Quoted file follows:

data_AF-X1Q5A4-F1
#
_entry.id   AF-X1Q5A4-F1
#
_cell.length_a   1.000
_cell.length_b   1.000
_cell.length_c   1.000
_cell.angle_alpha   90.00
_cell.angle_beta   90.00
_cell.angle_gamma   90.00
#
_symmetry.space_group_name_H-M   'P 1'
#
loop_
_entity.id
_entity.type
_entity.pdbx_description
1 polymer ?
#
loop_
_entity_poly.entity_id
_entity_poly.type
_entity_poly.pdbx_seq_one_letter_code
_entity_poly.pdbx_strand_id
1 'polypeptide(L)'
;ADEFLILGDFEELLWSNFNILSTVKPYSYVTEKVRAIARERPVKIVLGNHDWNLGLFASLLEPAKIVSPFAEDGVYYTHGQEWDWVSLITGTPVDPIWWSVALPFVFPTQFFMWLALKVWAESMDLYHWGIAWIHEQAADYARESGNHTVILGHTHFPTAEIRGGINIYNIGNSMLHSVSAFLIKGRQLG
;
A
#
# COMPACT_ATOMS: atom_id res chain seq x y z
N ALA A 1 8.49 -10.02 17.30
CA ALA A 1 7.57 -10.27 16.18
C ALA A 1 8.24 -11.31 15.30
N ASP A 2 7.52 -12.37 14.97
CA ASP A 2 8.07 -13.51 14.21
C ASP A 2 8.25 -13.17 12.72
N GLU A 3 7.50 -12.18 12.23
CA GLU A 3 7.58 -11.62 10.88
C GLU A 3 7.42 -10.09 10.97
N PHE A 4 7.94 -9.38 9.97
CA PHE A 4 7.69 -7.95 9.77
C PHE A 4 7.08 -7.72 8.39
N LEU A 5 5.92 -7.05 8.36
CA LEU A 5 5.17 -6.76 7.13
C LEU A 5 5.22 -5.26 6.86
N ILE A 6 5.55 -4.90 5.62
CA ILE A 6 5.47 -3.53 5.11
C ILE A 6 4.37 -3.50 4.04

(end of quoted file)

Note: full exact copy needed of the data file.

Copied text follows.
data_AF-X1Q5A4-F1
#
_entry.id   AF-X1Q5A4-F1
#
_cell.length_a   1.000
_cell.length_b   1.000
_cell.length_c   1.000
_cell.angle_alpha   90.00
_cell.angle_beta   90.00
_cell.angle_gamma   90.00
#
_symmetry.space_group_name_H-M   'P 1'
#
loop_
_entity.id
_entity.type
_entity.pdbx_description
1 polymer ?
#
loop_
_entity_poly.entity_id
_entity_poly.type
_entity_poly.pdbx_seq_one_letter_code
_entity_poly.pdbx_strand_id
1 'polypeptide(L)'
;ADEFLILGDFEELLWSNFNILSTVKPYSYVTEKVRAIARERPVKIVLGNHDWNLGLFASLLEPAKIVSPFAEDGVYYTHGQEWDWVSLITGTPVDPIWWSVALPFVFPTQFFMWLALKVWAESMDLYHWGIAWIHEQAADYARESGNHTVILGHTHFPTAEIRGGINIYNIGNSMLHSVSAFLIKGRQLG
;
A
#
# COMPACT_ATOMS: atom_id res chain seq x y z
N ALA A 1 8.49 -10.02 17.30
CA ALA A 1 7.57 -10.27 16.18
C ALA A 1 8.24 -11.31 15.30
N ASP A 2 7.52 -12.37 14.97
CA ASP A 2 8.07 -13.51 14.21
C ASP A 2 8.25 -13.17 12.72
N GLU A 3 7.50 -12.18 12.23
CA GLU A 3 7.58 -11.62 10.88
C GLU A 3 7.42 -10.09 10.97
N PHE A 4 7.94 -9.38 9.97
CA PHE A 4 7.69 -7.95 9.77
C PHE A 4 7.08 -7.72 8.39
N LEU A 5 5.92 -7.05 8.36
CA LEU A 5 5.17 -6.76 7.13
C LEU A 5 5.22 -5.26 6.86
N ILE A 6 5.55 -4.90 5.62
CA ILE A 6 5.47 -3.53 5.11
C ILE A 6 4.37 -3.50 4.04